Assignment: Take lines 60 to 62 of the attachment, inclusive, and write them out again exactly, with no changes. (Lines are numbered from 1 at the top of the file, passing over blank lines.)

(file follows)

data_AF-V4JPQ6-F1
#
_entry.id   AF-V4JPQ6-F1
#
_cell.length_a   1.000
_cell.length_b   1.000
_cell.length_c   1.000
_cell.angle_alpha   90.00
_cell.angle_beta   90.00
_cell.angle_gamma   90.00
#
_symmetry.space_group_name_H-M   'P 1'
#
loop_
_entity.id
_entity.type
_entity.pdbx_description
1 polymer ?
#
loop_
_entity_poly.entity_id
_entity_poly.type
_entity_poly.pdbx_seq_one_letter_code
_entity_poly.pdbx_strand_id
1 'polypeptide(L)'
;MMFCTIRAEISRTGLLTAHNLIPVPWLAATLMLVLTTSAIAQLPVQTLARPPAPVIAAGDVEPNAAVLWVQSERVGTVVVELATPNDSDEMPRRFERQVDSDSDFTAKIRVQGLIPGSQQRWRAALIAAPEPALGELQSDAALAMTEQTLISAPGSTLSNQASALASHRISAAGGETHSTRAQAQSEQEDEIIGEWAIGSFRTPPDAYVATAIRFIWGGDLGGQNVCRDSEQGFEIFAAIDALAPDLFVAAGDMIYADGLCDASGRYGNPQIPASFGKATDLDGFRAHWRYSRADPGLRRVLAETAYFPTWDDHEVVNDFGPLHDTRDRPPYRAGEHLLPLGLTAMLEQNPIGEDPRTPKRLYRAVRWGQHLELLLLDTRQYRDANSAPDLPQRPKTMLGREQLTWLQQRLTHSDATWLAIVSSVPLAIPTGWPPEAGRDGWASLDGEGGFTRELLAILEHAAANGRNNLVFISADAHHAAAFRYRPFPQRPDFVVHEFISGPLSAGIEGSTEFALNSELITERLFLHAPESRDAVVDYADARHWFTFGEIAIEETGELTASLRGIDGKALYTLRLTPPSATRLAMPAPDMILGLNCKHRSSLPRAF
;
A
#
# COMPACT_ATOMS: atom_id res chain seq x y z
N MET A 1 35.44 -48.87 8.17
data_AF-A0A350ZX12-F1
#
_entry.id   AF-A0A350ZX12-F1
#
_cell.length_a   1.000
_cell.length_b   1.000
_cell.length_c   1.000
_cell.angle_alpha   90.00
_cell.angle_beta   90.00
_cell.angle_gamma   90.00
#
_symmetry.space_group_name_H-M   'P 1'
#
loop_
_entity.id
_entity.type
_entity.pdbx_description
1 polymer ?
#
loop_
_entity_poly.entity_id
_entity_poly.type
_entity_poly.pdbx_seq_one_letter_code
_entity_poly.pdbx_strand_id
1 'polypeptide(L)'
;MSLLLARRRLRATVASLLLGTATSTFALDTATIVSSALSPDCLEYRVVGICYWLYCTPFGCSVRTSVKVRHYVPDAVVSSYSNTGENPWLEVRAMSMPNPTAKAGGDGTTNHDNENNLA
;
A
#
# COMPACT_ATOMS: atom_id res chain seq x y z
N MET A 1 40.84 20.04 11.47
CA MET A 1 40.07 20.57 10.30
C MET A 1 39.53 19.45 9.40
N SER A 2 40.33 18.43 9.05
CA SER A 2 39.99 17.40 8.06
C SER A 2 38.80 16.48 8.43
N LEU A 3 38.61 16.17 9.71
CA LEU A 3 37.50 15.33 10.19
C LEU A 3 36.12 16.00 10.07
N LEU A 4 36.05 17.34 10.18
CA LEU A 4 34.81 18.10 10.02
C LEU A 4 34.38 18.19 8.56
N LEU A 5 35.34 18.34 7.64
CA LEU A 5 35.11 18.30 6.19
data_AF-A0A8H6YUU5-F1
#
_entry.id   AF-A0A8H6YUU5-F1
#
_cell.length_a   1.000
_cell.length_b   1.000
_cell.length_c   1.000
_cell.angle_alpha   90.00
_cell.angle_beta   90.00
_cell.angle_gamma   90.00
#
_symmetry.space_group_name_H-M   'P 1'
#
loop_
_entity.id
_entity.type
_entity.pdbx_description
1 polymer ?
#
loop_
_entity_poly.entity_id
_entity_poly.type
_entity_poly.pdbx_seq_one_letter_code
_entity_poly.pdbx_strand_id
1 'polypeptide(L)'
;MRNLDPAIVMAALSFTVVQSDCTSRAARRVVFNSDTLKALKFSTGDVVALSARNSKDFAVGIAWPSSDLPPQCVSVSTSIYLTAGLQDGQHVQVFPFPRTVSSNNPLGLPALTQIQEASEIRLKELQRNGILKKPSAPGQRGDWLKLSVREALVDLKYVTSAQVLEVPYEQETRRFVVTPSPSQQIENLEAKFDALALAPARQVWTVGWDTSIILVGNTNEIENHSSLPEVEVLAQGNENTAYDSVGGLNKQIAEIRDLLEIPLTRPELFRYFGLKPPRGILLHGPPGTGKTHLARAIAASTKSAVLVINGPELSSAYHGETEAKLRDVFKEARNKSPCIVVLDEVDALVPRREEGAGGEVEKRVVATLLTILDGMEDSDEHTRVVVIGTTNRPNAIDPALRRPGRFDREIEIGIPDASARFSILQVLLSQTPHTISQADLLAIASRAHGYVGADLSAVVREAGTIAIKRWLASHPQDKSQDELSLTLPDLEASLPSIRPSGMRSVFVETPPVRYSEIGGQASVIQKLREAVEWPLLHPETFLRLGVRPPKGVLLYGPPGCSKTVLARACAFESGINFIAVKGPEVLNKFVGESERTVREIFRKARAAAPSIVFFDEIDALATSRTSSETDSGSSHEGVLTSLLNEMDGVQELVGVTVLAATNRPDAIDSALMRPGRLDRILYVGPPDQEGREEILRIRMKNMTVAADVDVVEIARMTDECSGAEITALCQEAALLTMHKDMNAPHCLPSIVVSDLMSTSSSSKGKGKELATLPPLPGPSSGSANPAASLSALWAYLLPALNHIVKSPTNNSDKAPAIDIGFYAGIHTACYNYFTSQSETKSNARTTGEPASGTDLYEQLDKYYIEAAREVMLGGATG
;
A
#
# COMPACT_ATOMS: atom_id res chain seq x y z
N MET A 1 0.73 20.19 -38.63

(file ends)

#
# COMPACT_ATOMS: atom_id res chain seq x y z
N MET A 1 40.84 20.04 11.47